Like a couple of camera-packing tourists, two robotic rovers are schlepping enough photographic gear to Mars to keep the folks back home in pictures for years.
NASA hopes the first of its twin rovers, Spirit, will begin taking pictures within hours of its landing Saturday. Its sibling, Opportunity, should do the same after its arrival at the Red Planet three weeks later.
During each of the 90-day missions, the remote-controlled shutterbugs could snap tens of thousands of photographs. The images, from the microscopic to the panoramic, should reveal the planet with unprecedented clarity.
Each six-wheeled robot, about the size of a golf cart, carries a suite of nine cameras, including a stereo pair with the equivalent of 20/20 vision.
Eyes on Mars
“These cameras will show what Mars would look like to your own eyes,” said Steve Squyres, chief scientist on the $820 million double mission.
Success is not guaranteed: Nearly two-thirds of the 36 missions sent to the surface of Mars have ended in failure. The latest, apparently, is the British Beagle 2 lander, which has not been heard from since it was to have set down on Mars last week.
NASA, which last lost a Mars lander of its own in 1999, stepped up oversight of how it designs, builds, launches and operates its spacecraft to boost the chances of success this time.
The agency is relying on rockets, parachutes and air bags to cushion the landing of the rovers. Once the rovers begin taking pictures and transmitting them, NASA’s Jet Propulsion Laboratory intends to post most of the images on the Web as soon as they are received on Earth.
“We’ll be sitting there at the Jet Propulsion Laboratory scratching our heads like everyone else,” said Jim Bell, lead scientist for the panoramic camera each rover carries.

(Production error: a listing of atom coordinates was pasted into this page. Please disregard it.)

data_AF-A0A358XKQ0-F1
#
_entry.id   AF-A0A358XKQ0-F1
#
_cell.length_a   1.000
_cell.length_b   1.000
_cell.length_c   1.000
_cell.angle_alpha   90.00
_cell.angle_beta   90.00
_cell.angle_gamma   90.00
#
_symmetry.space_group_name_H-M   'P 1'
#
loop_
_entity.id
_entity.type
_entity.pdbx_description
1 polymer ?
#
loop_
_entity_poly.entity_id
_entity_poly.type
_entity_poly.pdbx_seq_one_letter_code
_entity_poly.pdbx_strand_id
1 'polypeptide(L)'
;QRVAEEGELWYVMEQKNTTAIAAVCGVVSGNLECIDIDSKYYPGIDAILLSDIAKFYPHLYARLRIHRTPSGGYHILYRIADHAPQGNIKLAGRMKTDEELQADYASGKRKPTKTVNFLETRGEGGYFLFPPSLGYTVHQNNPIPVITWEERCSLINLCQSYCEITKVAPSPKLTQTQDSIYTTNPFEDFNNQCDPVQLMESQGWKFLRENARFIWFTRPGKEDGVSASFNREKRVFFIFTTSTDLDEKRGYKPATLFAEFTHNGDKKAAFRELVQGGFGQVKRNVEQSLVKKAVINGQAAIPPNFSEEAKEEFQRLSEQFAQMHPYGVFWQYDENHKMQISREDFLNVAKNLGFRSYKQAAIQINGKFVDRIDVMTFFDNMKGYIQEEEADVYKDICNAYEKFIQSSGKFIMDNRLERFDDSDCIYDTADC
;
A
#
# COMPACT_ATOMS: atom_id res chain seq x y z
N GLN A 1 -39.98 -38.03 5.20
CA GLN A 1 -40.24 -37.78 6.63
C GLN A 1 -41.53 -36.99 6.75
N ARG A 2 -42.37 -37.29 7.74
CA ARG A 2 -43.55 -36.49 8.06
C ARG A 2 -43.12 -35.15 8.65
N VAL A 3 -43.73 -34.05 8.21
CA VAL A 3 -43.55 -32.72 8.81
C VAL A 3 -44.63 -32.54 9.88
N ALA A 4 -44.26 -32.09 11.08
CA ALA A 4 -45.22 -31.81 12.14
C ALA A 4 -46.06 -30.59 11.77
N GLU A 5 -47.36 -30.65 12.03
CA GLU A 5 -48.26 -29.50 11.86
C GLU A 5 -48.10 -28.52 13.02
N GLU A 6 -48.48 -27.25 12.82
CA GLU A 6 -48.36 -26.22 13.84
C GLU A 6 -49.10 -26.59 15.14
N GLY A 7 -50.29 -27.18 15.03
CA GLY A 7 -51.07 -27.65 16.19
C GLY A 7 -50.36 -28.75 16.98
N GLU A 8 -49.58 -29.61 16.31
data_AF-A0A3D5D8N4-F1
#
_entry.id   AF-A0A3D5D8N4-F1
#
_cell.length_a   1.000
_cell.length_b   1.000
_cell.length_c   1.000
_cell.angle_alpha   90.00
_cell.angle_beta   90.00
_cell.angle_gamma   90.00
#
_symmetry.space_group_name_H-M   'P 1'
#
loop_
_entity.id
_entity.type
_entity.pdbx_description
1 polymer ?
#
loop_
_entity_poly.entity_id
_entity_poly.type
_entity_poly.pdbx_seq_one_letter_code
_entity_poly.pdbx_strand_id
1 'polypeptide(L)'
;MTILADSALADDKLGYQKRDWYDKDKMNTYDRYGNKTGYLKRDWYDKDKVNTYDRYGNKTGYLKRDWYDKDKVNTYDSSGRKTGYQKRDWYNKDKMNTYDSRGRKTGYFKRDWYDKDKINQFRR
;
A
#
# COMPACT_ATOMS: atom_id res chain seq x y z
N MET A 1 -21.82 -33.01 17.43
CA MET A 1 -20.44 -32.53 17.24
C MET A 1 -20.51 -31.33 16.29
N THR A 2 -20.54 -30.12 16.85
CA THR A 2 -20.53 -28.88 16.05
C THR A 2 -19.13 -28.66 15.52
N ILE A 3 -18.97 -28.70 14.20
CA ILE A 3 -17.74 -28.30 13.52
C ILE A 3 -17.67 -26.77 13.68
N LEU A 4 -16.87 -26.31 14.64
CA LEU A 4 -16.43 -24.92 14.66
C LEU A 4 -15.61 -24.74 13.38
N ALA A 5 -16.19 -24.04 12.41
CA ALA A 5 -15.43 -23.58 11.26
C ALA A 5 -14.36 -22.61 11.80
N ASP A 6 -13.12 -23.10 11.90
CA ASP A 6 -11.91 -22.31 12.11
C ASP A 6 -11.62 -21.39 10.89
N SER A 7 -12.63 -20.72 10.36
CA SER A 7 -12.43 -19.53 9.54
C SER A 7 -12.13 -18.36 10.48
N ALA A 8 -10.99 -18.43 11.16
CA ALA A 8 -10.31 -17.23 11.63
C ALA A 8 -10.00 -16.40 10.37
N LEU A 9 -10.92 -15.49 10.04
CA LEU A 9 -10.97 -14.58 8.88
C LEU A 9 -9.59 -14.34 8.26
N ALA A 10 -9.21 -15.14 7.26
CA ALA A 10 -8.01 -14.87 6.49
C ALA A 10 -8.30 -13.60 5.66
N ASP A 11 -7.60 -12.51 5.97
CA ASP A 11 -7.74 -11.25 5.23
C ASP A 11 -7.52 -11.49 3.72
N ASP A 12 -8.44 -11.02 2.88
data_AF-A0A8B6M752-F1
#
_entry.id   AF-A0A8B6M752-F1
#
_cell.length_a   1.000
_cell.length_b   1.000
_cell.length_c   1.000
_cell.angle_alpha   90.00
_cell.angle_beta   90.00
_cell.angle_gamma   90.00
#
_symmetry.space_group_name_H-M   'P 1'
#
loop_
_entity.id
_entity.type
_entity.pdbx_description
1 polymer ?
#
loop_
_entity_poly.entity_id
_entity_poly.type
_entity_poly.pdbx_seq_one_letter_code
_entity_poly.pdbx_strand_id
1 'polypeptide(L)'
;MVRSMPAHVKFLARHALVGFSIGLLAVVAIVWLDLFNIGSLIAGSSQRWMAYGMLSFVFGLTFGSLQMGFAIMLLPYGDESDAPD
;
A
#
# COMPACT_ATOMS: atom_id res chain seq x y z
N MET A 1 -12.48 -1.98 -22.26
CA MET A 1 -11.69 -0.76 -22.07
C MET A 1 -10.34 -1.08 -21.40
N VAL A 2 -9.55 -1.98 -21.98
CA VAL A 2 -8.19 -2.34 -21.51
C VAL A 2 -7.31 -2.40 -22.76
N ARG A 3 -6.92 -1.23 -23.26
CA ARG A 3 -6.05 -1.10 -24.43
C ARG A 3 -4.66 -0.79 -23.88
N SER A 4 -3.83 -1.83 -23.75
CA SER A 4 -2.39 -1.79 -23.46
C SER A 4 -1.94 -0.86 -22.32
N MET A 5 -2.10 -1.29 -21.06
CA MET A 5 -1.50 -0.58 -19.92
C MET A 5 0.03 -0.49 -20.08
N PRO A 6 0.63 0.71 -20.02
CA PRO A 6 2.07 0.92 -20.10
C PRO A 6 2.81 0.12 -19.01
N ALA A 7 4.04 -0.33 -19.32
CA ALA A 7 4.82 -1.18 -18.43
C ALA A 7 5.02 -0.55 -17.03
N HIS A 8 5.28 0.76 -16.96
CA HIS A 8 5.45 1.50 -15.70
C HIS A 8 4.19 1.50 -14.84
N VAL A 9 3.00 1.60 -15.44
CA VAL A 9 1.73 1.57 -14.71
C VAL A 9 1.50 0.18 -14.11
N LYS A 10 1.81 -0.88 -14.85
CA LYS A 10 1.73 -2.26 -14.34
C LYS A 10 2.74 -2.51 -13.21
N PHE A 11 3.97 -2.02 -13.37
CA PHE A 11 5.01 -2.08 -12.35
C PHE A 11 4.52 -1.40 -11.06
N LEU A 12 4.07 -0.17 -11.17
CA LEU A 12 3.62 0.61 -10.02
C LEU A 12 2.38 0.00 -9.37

Rocks below, sky above
Scientists plan to focus on rocks strewn across the Martian landscape that could reveal clues about whether the planet was ever hospitable to life.
They also plan to photograph the sun as it rises and sets on Mars, as well as Earth, which appears in the sky above the Red Planet as a morning star. A rover also may catch an eclipse of the sun by Phobos, one of Mars’ two moons.
“It will be the first eclipse observed from the surface of another planet,” Bell said.
The clearest, most detailed pictures of Mars should come from the color panoramic camera, or Pancam, a pair of stereo cameras atop a mast rising from each rover. The Pancam’s resolution will be three times greater than that of any other camera ever sent to the surface of Mars.
“These are pictures that would look good on an Imax screen,” Squyres said.
The mast can swivel its cameras 360 degrees around and 90 degrees up and down.
Scientists plan to use those sweeping images to pinpoint which rocks to send the rovers to investigate.
Each rover also holds two pairs of hazard-identification cameras that should help the vehicles negotiate the planet’s rocky surface. The vehicles will use computer software to gauge the size of any obstacles and generate maps to get to where they want to go.
Each rover also carries a microscopic camera that should produce tight close-ups of the rocks and soil. Scientists liken the instrument to a field geologist’s hand lens.
Kings of the cameras
NASA got its first close-up pictures of Mars in 1965, when the Mariner 4 spacecraft zoomed past the planet and snapped 21 photos. Since then, numerous probes that flew past, orbited or landed on Mars have taken tens of thousands more pictures.
Mars Global Surveyor, a satellite that has orbited Mars since 1997, is the undisputed king, packing mission archives with more than 134,000 pictures and counting.
Three other NASA missions have also collected thousands of pictures from the surface of Mars, beginning with the twin Viking landers that set down on the planet in 1976.
In 1997, the Pathfinder spacecraft transmitted to Earth more than 16,000 pictures, including 500 taken by the little Sojourner rover it carried to Mars. Spirit and Opportunity could take three times as many pictures as Pathfinder.